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Huge plunge

As equities tumble over the globe, the pharma and biotech sector keeps its foothold as third best sector performer

The stock market's steep slide gathered pace as selling pressure intensified with a big plunge by the blue-chip FTSE100 index wiping out all this year's gains.

Global equity markets were also in fast retreat, especially some of the emerging markets whose leading indices posted massive losses as investors looked to cut their exposure to more risky markets. Concerns about rising

inflation in the wake of soaring commodity prices, higher interest rates (especially in the US where strong consumer price data could result in the

Federal Reserve continuing its rate hiking cycle) and slowing global economic growth are driving the equity sell off by investors.

Some equity strategists suggest that the sell-off presents a good buying opportunity, such as in the London market, rather than a signal that a major bear trend is underway. Fundamentals remain sound, nothing has changed, earnings and economic growth are good and inflation under control, they argue.

A decent rally, however, was finally underway on Tuesday morning, after Monday's sharp tumble. But, of course, it remains to be seen whether this will prove to be a dead cat bounce with investors still very nervous and sentiment so fragile.

The pharmaceutical and biotech sector lived up to its reputation of being a defensive safe haven in troubled times if last week's performance is anything to go by. In a week where the FTSE 100 lost 4.3 percent, its worst fall in more than three years, the pharma and biotech sector was only down 1 percent compared with a 15.1 percent fall for mining, and emerged the third best sector performer.

GlaxoSmithKline (GSK) led the way in a sector that is weighted heavily towards big cap stocks. Encouraging data about COREG CR, its controlled-release beta blocker, which reduced blood pressure over a full 24-hour dosing interval, and positive noises about the group's prospects from stock broker Morgan Stanley helped support its share price. Data presented at the American Society for Hypertension showed that COREG CR was well-tolerated and reduced blood pressure in patients with essential hypertension. The US regulatory authorities are currently reviewing the new drug application for COREG CR.

GSK's shareholders were also surprised and pleased to learn that Jean-Pierre Garnier, its chief executive, has agreed to extend his stay at the helm by six months until May 2008. He was due to retire in October next year and the extension provides further time for the group to find a successor. There have been concerns in some quarters of the City about its senior management composition following the sudden announcement of the premature departure of head of research and development, Tadataka Yamada, who leaves on June 1.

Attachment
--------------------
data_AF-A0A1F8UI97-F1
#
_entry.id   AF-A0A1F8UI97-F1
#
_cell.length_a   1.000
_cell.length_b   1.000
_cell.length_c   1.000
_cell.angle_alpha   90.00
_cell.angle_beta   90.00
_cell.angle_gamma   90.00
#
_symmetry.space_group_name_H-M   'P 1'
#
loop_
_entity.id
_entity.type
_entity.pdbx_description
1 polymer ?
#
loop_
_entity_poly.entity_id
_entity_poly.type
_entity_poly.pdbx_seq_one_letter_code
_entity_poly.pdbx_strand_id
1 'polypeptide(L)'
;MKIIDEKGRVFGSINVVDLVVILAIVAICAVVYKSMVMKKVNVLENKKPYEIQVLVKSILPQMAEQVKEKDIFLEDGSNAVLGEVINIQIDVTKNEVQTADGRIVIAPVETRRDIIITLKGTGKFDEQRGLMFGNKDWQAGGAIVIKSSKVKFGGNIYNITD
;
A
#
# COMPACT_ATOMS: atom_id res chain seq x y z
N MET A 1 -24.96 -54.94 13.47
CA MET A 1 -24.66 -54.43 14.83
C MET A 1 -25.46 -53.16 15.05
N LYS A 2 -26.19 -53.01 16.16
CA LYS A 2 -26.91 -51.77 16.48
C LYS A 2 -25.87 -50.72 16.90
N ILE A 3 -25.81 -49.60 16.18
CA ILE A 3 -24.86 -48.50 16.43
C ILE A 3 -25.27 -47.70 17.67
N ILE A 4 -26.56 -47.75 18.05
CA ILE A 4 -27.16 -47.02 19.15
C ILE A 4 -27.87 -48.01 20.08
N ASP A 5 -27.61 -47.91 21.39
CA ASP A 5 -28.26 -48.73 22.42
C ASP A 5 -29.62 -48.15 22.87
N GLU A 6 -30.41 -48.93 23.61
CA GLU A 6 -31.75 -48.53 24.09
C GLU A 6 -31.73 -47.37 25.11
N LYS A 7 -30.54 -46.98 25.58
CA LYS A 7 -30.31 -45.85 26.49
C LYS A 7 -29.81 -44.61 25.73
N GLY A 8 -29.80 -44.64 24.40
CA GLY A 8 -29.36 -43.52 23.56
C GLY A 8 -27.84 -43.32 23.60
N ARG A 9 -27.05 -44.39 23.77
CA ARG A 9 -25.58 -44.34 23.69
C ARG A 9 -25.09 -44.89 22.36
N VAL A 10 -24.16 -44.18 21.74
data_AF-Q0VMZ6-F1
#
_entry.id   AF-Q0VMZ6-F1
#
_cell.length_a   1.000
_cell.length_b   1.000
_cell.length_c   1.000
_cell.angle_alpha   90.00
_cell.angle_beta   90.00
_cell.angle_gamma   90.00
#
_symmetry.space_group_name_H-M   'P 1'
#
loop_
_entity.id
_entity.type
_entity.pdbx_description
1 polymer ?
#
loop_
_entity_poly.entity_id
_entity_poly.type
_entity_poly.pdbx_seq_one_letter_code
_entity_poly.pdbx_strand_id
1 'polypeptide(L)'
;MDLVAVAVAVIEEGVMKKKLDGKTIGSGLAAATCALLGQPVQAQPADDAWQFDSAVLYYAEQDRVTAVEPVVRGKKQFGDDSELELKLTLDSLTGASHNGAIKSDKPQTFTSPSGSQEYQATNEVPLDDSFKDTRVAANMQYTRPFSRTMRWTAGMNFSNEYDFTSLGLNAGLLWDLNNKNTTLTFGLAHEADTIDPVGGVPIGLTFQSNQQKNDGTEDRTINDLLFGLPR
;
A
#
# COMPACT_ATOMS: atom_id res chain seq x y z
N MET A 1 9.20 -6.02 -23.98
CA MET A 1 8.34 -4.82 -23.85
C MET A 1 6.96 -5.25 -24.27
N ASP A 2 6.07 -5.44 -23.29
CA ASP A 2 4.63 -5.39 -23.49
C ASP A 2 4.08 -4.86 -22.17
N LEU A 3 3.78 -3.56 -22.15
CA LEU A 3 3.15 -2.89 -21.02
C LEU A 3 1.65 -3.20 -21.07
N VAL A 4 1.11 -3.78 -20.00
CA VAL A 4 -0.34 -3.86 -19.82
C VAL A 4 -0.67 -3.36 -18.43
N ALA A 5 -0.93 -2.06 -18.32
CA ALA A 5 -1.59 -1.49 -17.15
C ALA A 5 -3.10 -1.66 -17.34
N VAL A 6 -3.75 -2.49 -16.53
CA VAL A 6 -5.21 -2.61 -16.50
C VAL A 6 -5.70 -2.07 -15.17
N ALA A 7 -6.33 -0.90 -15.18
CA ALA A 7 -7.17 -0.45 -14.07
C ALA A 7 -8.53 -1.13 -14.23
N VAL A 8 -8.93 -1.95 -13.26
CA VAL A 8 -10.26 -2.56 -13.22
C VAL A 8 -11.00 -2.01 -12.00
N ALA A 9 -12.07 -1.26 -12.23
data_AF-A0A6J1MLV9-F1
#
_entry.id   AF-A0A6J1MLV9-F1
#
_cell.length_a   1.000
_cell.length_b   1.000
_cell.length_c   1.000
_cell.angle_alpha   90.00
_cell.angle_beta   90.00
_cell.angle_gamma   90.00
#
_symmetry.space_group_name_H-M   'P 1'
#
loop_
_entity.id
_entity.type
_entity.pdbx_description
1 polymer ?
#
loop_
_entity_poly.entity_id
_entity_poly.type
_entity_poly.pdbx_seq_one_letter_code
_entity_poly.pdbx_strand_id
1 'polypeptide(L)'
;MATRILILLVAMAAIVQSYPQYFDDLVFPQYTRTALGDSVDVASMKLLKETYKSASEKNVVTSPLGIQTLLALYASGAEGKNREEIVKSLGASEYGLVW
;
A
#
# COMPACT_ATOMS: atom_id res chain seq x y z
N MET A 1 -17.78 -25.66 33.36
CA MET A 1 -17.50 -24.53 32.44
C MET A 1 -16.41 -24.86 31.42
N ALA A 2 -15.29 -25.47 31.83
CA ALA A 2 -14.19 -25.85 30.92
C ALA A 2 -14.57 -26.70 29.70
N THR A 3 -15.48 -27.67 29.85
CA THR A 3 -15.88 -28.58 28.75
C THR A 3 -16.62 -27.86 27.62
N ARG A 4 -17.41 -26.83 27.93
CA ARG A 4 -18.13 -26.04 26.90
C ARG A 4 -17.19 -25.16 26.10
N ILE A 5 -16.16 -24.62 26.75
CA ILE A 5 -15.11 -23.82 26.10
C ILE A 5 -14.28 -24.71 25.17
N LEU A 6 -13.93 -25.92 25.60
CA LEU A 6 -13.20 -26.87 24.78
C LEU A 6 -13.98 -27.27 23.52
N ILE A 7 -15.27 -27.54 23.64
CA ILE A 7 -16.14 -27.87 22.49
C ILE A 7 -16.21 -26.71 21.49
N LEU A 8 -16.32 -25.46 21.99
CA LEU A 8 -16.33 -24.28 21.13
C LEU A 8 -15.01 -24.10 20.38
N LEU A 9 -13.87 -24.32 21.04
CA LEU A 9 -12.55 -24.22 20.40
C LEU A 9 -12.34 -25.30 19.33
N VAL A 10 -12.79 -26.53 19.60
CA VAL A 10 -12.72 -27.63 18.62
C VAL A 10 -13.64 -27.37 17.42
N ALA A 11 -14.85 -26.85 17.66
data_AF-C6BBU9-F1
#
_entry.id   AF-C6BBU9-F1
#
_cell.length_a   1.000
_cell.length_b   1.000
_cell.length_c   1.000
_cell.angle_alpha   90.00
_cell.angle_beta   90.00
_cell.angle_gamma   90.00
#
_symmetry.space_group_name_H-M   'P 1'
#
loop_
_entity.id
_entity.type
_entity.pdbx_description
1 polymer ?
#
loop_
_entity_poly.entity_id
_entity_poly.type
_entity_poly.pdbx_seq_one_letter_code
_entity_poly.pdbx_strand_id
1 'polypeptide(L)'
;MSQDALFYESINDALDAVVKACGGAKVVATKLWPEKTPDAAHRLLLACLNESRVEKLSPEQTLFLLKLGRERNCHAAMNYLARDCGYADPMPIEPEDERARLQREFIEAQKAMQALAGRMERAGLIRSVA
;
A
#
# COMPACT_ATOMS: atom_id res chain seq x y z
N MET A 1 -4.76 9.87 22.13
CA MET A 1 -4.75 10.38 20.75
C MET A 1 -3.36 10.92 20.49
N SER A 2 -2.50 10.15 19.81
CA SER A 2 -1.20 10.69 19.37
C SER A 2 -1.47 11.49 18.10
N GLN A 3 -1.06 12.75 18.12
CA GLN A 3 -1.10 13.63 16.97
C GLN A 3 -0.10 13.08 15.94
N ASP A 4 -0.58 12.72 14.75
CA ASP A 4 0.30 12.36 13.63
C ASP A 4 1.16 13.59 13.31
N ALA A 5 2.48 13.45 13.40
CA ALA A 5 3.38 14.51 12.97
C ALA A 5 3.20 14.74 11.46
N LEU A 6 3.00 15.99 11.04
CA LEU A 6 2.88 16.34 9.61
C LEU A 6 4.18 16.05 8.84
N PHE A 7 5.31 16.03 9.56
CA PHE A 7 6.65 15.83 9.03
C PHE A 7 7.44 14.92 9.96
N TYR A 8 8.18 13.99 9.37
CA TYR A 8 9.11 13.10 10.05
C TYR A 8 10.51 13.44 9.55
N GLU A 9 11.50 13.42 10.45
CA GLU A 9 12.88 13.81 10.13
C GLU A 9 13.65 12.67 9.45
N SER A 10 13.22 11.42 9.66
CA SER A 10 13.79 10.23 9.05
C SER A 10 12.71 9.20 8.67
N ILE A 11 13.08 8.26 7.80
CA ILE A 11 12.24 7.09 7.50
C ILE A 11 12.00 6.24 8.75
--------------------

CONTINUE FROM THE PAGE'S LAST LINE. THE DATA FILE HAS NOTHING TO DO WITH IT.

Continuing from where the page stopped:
The other two big cap stocks in the sector enjoyed some share price support for different reasons. AstraZeneca (AZ) benefited from the resumption of its multibillion pound share buyback programme following the initial purchase of 1.5 million shares. Shire announced that it filed a lawsuit in the District of New Jersey in the US against Corepharm to prevent the US company from making a generic version of Carbatrol, its epilepsy treatment.

Acambis shone for a change to lift itself off a five-year low with a good rise after news that the US government indicated that it would award the vaccine maker a sole smallpox vaccine contract. The US Federal Business

Opportunities website stated that government intends to issue Acambis a contract that would replenish its vaccine stockpile originally made by Acambis.

Some more positive news flowed from SkyePharma, the drug developer that recently faced a shareholder revolt. It has struck an agreement with First Horizon Pharmaceutical Corporation for the US specialty pharmaceuticals company to develop a novel improved controlled release version of Sular, an antihypertensive, which is First Horizon's leading product. SkyePharma will receive a mid-single digit royalty on net sales of Sular and a total of up to $5m in milestone payments.

Among the smaller cap stocks, Phytopharm swam against the relatively mild downward trend of the sector, to post a useful gain after news that Invesco Perpetual had marginally increased its holdings in the drug developer of treatments from plant extracts.

Alizyme came under the spotlight as speculators hoped that the drug developer would become the next biotech takeover target in the wake of last Monday's bid for Cambridge Antibody Technology (CAT) by AZ. Stockbrokers Evolution Securities fingered Alizyme, which has a large cash pile and three late-stage products under development that as yet have not been licensed, as the best target in the sector.

The shares of some AIM listed stocks in the sector, that are perceived as risky, were dumped by investors keen to reduce their risk profile in a market where there is generally a flight towards the defensive, quality, big cap stocks. In the absence of any new developments, GW Pharmaceuticals, the maker of drugs derived from cannabis, stood out with a loss of around a quarter of its value in only the past six days of trading.

2nd September 2008

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